“We need to repackage security work in a way that ordinary DevOps projects can consume it”
How do we keep our code and ourselves safe? In this interview, Jeff Williams, co-founder and chief technology officer at Contrast Security explains why we have to reinvent security, why DevSecOps is so important, and how to avoid taking serious risks in applications.
JAXenter: Security is one of the most talked about topics these days but that’s not necessarily a good thing — not with everything that’s happening right now. Should we reinvent security?
Jeff Williams: We have to reinvent security. We’ve been doing the same monolithic, test at the end, heavyweight processes for 20 years and are still not good at even basic blocking and tackling, much less the advanced threats.
JAXenter: Greg Bledsoe, a top DevOps influencer told us last year that the latest trend in DevOps is to achieve DevSecOps. Do you agree with his statement?
Jeff Williams: DevSecOps is a critical trend because it offers us the opportunity to reconnect with software development in a very fundamental way. DevSecOps isn’t just taking existing security approaches and shoving them in-between Dev and Ops.
There are some seriously crazy risks being taken.
Instead, I believe that we must rethink the “work” of security to make it compatible with a DevOps organization. Essentially, we need to repackage security work in a way that ordinary DevOps projects can consume it and deliver great results… without impossible to find security experts in the critical path.
JAXenter: Are organizations doing enough to protect themselves from digital threats?
Jeff Williams: No. There are some seriously crazy risks being taken. Almost every application in existence contains at least one of the OWASP Top Ten vulnerabilities, which has remained essentially unchanged for 15 years. Also, essentially zero web applications and APIs can detect when they are under attack, or take action to block those attacks.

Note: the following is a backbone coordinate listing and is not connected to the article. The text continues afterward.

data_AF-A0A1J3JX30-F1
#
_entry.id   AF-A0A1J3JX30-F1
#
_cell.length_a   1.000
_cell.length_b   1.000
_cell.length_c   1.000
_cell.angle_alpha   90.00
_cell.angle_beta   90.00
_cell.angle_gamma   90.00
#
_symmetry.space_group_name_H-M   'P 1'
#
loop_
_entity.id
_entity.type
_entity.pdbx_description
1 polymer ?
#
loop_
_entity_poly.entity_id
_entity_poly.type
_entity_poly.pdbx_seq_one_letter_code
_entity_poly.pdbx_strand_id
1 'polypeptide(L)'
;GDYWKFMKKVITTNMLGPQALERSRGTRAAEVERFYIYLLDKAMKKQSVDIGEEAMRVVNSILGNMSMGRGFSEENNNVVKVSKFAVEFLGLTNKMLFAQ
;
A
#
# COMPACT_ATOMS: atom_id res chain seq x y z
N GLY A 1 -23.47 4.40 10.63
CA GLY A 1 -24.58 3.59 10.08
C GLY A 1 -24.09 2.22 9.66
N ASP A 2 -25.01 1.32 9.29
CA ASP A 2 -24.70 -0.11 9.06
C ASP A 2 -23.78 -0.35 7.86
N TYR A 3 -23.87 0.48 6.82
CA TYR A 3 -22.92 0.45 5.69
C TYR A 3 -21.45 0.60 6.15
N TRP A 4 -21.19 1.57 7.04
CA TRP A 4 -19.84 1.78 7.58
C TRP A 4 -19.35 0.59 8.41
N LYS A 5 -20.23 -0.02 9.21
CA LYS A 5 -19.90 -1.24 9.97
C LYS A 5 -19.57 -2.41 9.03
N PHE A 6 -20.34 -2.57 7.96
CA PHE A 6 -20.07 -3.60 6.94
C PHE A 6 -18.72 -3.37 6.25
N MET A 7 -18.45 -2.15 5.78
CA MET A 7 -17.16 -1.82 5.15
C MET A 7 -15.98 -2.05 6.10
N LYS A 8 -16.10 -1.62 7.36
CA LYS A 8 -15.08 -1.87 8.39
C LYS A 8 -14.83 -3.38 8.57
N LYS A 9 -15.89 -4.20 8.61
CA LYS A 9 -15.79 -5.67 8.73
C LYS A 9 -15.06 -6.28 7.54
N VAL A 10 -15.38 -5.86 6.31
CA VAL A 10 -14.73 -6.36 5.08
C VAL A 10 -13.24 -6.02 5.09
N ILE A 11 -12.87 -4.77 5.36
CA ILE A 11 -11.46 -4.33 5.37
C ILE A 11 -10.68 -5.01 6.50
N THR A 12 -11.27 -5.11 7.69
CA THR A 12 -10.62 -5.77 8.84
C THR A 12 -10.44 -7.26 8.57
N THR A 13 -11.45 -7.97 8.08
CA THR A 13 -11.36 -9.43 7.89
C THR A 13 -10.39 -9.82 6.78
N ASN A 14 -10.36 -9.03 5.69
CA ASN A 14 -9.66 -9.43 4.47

In fact, most applications need to be rewritten, retested, and redeployed. This can take days or weeks per application. But new attacks start within hours of the release of a new vulnerability. That’s an unacceptable window of exposure. The Struts2 vulnerability released last month is a good example.
JAXenter: What could they do? Do you have some tips or lessons that you learned the hard way?
Jeff Williams: First, know exactly what code and components are running where. It’s simple, but just knowing your application inventory is a great first step.
Second, focus on a few of the most critical risks and make sure you stamp them out of your applications. I recommend using IAST technologies for this as they are easier and more accurate.
Third, make sure you have runtime protection capability for all your applications. Otherwise, you have no visibility into how attackers are targeting you and cannot respond to new attacks.
JAXenter: Where is DevOps heading and how can we use it to our advantage?
Jeff Williams: DevOps is taking over software development. Most organizations are somewhere in their “DevOps Journey” already. I think the key thing to remember about DevOps is that it’s a way of staying on track to deliver value to the customer. If security could simply learn that lesson, it would be a great start. But DevOps also provides a solid foundation (processes and toolchain) that security can leverage.
DevOps is taking over software development.
JAXenter: What should people know about cybersecurity that they are not aware of yet?
Jeff Williams: I think most people would be extremely surprised to know just how vulnerable the software we use is. The average application has 26.8 serious vulnerabilities. I think 1 or 2 would be concerning, but this is really negligent.
JAXenter: What is the biggest misconception about cybersecurity?
Jeff Williams: I think maybe the biggest misconception is that hacking is glamorous. The best security researchers are the ones that can work like a crime lab to quickly and scientifically evaluate applications and find a condition that confirms one of their vulnerability hypotheses.
JAXenter: What are the benefits of adopting a security framework?
Jeff Williams: Security frameworks, like the NIST CSF, help organizations ensure that they don’t have any huge gaps at the highest level of their security architecture. You can use the framework to understand the coverage of the products, processes, and other defenses that you have in place.
The danger of these frameworks is in the details. You might think that a static analysis tool is giving you good coverage over the application security part of the framework. But you wouldn’t be able to see that static tools are limited in the types of vulnerabilities they can find, and they introduce many false positives and false negatives.